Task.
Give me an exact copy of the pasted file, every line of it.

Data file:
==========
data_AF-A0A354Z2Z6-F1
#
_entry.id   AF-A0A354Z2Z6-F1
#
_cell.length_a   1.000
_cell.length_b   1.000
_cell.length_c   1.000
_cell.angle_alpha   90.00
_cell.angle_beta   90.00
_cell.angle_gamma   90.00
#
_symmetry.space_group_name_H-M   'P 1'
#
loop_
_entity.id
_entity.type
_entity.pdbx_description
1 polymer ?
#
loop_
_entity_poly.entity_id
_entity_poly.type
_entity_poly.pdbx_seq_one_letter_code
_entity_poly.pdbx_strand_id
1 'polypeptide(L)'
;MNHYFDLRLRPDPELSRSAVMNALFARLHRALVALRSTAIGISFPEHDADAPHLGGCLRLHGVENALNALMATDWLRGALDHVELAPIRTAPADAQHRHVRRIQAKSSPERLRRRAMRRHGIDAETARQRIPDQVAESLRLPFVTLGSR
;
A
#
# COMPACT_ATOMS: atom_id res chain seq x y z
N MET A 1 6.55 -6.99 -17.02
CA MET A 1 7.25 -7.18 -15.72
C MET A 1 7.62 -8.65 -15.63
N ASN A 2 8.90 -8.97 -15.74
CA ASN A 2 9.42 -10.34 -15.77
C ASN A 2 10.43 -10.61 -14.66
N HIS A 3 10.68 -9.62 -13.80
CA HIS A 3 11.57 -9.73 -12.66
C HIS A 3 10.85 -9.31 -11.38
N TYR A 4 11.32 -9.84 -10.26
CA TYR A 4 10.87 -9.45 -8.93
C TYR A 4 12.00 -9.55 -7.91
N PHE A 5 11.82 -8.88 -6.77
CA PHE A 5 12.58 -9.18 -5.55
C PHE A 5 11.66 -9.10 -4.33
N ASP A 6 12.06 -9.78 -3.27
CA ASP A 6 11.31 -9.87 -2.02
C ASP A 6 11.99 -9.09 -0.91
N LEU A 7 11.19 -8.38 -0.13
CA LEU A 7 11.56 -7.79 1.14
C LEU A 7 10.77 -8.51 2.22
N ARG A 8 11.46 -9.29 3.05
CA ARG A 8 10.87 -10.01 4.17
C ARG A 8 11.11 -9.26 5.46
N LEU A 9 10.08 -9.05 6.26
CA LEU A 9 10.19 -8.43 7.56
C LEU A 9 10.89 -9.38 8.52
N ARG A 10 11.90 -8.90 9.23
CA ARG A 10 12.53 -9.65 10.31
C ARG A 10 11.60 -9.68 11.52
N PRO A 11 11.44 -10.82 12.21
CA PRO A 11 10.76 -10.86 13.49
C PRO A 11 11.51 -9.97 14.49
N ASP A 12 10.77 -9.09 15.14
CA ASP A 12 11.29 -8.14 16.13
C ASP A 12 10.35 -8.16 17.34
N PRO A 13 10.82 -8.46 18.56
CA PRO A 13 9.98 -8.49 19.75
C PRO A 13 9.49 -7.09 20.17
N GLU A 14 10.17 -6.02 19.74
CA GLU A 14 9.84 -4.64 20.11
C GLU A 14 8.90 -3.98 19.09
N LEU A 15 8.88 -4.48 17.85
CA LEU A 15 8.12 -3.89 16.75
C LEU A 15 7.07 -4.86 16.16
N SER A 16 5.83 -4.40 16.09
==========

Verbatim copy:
data_AF-A0A354Z2Z6-F1
#
_entry.id   AF-A0A354Z2Z6-F1
#
_cell.length_a   1.000
_cell.length_b   1.000
_cell.length_c   1.000
_cell.angle_alpha   90.00
_cell.angle_beta   90.00
_cell.angle_gamma   90.00
#
_symmetry.space_group_name_H-M   'P 1'
#
loop_
_entity.id
_entity.type
_entity.pdbx_description
1 polymer ?
#
loop_
_entity_poly.entity_id
_entity_poly.type
_entity_poly.pdbx_seq_one_letter_code
_entity_poly.pdbx_strand_id
1 'polypeptide(L)'
;MNHYFDLRLRPDPELSRSAVMNALFARLHRALVALRSTAIGISFPEHDADAPHLGGCLRLHGVENALNALMATDWLRGALDHVELAPIRTAPADAQHRHVRRIQAKSSPERLRRRAMRRHGIDAETARQRIPDQVAESLRLPFVTLGSR
;
A
#
# COMPACT_ATOMS: atom_id res chain seq x y z
N MET A 1 6.55 -6.99 -17.02
CA MET A 1 7.25 -7.18 -15.72
C MET A 1 7.62 -8.65 -15.63
N ASN A 2 8.90 -8.97 -15.74
CA ASN A 2 9.42 -10.34 -15.77
C ASN A 2 10.43 -10.61 -14.66
N HIS A 3 10.68 -9.62 -13.80
CA HIS A 3 11.57 -9.73 -12.66
C HIS A 3 10.85 -9.31 -11.38
N TYR A 4 11.32 -9.84 -10.26
CA TYR A 4 10.87 -9.45 -8.93
C TYR A 4 12.00 -9.55 -7.91
N PHE A 5 11.82 -8.88 -6.77
CA PHE A 5 12.58 -9.18 -5.55
C PHE A 5 11.66 -9.10 -4.33
N ASP A 6 12.06 -9.78 -3.27
CA ASP A 6 11.31 -9.87 -2.02
C ASP A 6 11.99 -9.09 -0.91
N LEU A 7 11.19 -8.38 -0.13
CA LEU A 7 11.56 -7.79 1.14
C LEU A 7 10.77 -8.51 2.22
N ARG A 8 11.46 -9.29 3.05
CA ARG A 8 10.87 -10.01 4.17
C ARG A 8 11.11 -9.26 5.46
N LEU A 9 10.08 -9.05 6.26
CA LEU A 9 10.19 -8.43 7.56
C LEU A 9 10.89 -9.38 8.52
N ARG A 10 11.90 -8.90 9.23
CA ARG A 10 12.53 -9.65 10.31
C ARG A 10 11.60 -9.68 11.52
N PRO A 11 11.44 -10.82 12.21
CA PRO A 11 10.76 -10.86 13.49
C PRO A 11 11.51 -9.97 14.49
N ASP A 12 10.77 -9.09 15.14
CA ASP A 12 11.29 -8.14 16.13
C ASP A 12 10.35 -8.16 17.34
N PRO A 13 10.82 -8.46 18.56
CA PRO A 13 9.98 -8.49 19.75
C PRO A 13 9.49 -7.09 20.17
N GLU A 14 10.17 -6.02 19.74
CA GLU A 14 9.84 -4.64 20.11
C GLU A 14 8.90 -3.98 19.09
N LEU A 15 8.88 -4.48 17.85
CA LEU A 15 8.12 -3.89 16.75
C LEU A 15 7.07 -4.86 16.16
N SER A 16 5.83 -4.40 16.09